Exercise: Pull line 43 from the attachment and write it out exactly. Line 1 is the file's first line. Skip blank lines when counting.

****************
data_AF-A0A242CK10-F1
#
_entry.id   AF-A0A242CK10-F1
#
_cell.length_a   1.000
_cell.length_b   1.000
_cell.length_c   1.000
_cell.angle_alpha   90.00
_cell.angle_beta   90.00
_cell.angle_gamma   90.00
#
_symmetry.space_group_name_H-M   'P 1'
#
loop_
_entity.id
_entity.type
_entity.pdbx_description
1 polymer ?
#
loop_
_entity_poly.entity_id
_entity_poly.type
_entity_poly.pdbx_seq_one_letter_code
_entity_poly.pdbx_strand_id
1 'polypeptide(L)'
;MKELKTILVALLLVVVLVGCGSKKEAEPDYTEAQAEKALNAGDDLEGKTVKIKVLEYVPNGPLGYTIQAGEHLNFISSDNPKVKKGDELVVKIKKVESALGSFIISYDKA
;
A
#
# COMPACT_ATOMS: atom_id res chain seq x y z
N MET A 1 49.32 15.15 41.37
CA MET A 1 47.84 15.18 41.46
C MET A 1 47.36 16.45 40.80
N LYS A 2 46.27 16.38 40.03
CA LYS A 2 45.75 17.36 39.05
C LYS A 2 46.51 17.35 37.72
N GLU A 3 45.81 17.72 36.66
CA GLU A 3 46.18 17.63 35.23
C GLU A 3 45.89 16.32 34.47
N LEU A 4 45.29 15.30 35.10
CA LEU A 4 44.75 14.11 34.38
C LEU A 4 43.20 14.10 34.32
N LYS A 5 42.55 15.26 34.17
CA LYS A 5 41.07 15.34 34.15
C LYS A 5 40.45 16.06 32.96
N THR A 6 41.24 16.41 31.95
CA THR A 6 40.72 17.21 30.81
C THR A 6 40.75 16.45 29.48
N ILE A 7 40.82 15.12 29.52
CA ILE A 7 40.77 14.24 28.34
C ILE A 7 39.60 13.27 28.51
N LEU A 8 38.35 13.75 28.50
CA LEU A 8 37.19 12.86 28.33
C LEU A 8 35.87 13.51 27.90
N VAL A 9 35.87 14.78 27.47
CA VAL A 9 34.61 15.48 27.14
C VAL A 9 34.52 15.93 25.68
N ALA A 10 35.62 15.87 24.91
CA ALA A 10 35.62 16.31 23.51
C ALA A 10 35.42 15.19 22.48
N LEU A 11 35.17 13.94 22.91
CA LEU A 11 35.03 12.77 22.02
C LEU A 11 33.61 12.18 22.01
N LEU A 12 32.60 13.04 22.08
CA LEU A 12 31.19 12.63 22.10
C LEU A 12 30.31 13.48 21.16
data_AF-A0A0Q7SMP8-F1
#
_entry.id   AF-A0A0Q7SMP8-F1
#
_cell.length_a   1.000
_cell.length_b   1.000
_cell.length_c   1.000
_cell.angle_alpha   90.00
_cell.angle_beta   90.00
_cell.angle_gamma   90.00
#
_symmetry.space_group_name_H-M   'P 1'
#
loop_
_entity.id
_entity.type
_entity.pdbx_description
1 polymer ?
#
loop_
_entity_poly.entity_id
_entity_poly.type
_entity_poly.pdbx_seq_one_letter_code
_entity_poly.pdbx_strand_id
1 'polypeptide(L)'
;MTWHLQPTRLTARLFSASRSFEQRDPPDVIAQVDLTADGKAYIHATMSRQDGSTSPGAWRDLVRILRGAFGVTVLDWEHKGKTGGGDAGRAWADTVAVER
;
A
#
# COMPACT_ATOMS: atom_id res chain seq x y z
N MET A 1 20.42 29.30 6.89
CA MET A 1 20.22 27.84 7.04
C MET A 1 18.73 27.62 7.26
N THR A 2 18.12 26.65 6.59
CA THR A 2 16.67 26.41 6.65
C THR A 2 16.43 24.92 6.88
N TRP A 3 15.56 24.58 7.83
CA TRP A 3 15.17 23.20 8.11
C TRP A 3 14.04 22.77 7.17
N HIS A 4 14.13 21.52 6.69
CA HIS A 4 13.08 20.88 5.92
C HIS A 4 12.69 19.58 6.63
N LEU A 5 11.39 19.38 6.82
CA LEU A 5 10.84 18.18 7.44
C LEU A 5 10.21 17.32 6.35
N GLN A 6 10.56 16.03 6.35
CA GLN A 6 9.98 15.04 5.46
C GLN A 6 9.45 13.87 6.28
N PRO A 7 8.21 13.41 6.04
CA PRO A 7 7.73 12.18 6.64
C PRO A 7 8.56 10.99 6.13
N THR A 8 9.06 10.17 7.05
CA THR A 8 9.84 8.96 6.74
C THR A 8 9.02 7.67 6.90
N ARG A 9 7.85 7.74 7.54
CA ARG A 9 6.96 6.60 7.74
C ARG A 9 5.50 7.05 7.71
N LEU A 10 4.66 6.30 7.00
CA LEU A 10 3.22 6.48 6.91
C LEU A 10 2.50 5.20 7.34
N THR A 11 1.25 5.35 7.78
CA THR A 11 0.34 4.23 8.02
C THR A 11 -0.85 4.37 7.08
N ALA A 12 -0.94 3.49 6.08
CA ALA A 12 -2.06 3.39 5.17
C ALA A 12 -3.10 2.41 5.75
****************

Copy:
N LYS A 5 42.55 15.26 34.17